Unlike the U.S., China doesn’t require members of its legislature or government officials to make public disclosures of their assets. A rule to have government officials and Communist Party members reveal their wealth is still being debated in the Congress.
Zhao Qizheng, who heads the foreign affairs office of the Chinese People’s Political Consultative Conference, an advisory group to the NPC, which convened yesterday in Beijing and also includes many of China’s richest people, told reporters March 2 that implementing a rule on asset disclosure is complicated.
“We must do this thing step by step,” Zhao said in Beijing. “There are close to 10 million public servants in China.”
Rupert Hoogewerf, the director of research for the Hurun Report, said there are likely more dollar-billionaires in the NPC that his staff missed. For every one among the 189 the company identified in all of China, mainly through company filings, he estimates there’s another whose wealth remains hidden from the public. For every yuan billionaire, he estimates they’ve missed two.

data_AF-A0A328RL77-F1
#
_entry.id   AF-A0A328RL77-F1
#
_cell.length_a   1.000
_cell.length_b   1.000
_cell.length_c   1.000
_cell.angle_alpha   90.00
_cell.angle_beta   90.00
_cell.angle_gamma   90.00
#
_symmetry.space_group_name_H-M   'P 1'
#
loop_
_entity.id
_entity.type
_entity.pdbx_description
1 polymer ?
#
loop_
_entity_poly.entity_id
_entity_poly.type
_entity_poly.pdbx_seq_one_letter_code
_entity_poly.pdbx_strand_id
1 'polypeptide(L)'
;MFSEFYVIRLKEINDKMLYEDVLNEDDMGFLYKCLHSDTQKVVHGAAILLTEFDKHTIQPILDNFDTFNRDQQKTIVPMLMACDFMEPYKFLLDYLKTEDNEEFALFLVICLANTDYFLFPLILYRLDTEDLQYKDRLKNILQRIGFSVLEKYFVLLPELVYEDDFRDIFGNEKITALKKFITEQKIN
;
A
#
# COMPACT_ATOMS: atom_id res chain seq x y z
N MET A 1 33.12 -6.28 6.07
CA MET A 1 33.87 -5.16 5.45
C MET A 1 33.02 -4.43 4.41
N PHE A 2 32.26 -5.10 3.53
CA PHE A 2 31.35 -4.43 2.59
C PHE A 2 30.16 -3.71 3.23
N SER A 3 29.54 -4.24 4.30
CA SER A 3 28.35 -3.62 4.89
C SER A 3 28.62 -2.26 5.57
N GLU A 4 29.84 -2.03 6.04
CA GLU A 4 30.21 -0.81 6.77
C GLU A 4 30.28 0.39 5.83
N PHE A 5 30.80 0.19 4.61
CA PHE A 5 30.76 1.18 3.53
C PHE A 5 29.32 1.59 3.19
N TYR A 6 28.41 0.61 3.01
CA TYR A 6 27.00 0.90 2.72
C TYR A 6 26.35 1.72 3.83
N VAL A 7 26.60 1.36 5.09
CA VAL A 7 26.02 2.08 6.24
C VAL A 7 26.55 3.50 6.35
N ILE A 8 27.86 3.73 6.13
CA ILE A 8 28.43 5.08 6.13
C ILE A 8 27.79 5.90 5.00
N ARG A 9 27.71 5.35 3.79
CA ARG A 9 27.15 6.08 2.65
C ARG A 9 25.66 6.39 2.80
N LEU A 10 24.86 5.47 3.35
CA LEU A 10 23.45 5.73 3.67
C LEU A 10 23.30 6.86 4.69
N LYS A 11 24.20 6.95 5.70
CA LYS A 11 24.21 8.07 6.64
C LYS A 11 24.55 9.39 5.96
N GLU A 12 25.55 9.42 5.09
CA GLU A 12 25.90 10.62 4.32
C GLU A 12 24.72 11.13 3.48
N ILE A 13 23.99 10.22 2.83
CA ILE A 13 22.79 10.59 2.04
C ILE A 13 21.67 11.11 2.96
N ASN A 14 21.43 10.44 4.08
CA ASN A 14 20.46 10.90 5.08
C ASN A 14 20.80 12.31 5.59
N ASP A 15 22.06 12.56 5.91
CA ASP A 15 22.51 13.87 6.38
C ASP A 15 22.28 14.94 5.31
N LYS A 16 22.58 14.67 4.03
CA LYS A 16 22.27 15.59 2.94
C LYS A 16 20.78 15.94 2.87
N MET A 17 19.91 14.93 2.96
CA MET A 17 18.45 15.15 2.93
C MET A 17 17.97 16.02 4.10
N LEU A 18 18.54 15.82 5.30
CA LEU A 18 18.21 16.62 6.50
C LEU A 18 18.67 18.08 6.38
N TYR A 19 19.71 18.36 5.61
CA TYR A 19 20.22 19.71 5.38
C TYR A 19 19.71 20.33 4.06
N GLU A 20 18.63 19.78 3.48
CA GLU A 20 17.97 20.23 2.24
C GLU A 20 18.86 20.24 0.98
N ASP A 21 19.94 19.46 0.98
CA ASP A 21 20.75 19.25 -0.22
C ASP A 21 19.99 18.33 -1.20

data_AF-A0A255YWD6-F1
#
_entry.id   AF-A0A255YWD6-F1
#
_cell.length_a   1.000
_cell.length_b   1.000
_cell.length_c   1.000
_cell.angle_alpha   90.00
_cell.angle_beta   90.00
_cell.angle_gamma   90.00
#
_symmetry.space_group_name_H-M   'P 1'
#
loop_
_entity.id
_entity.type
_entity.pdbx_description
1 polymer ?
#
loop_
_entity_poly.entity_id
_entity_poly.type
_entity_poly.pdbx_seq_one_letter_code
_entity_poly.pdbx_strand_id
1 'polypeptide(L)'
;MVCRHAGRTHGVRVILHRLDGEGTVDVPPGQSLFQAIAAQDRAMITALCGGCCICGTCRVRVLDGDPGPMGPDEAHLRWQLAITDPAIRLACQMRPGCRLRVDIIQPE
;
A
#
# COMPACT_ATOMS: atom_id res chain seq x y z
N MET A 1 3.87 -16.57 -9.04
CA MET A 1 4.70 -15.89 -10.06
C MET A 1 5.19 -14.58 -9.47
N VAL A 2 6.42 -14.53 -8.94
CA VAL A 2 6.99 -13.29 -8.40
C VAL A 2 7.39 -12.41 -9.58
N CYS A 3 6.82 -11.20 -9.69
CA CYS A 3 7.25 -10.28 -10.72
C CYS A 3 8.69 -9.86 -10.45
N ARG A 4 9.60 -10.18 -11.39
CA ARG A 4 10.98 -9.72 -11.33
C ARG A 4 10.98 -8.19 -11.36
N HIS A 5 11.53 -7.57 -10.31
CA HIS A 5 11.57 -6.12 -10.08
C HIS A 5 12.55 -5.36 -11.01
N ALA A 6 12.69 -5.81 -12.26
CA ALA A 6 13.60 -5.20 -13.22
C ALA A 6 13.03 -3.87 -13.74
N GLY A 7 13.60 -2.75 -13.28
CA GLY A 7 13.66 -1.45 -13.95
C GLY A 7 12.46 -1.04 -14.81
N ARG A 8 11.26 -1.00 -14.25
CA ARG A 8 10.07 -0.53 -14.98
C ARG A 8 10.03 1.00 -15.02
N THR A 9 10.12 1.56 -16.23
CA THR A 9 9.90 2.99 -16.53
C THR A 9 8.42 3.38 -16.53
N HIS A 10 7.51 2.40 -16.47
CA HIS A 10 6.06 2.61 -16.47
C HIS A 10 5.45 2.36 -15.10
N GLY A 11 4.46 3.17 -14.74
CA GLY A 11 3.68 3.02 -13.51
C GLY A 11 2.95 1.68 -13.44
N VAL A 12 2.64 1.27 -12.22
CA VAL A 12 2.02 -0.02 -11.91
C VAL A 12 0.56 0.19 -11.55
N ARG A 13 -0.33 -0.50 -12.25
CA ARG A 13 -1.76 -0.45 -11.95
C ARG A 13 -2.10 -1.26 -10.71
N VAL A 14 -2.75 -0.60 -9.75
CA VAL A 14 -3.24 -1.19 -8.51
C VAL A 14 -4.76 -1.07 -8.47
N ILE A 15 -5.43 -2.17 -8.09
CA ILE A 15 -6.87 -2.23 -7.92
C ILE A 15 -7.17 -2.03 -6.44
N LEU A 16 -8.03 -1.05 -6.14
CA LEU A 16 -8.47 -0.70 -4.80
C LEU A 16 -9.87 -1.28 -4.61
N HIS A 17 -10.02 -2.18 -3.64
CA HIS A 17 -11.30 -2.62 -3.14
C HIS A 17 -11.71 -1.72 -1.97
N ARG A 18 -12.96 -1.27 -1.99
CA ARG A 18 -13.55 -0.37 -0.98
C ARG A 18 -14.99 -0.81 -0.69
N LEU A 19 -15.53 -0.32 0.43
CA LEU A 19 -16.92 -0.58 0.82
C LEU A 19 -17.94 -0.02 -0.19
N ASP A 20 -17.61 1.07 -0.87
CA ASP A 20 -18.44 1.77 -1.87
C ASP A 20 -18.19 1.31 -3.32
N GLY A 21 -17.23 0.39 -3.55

“There will be individuals on the NPC that just haven’t come to the surface,” Hoogewerf said. “There’s a lot of hidden wealth in China.”
Li Zhaoxing, a former foreign minister who is now the NPC’s spokesman, said he had no idea that so many delegates were richer than the wealthiest U.S. lawmaker.
“We hope that there will be more rich people in China, but these people must get rich by legal means,” Li, 70, told reporters today in Beijing’s Great Hall of the People. “I have found around me many good citizens who have gotten rich through their own hard labor and intelligence.”
To contact the reporter on this story: Michael Forsythe in Beijing at firstname.lastname@example.org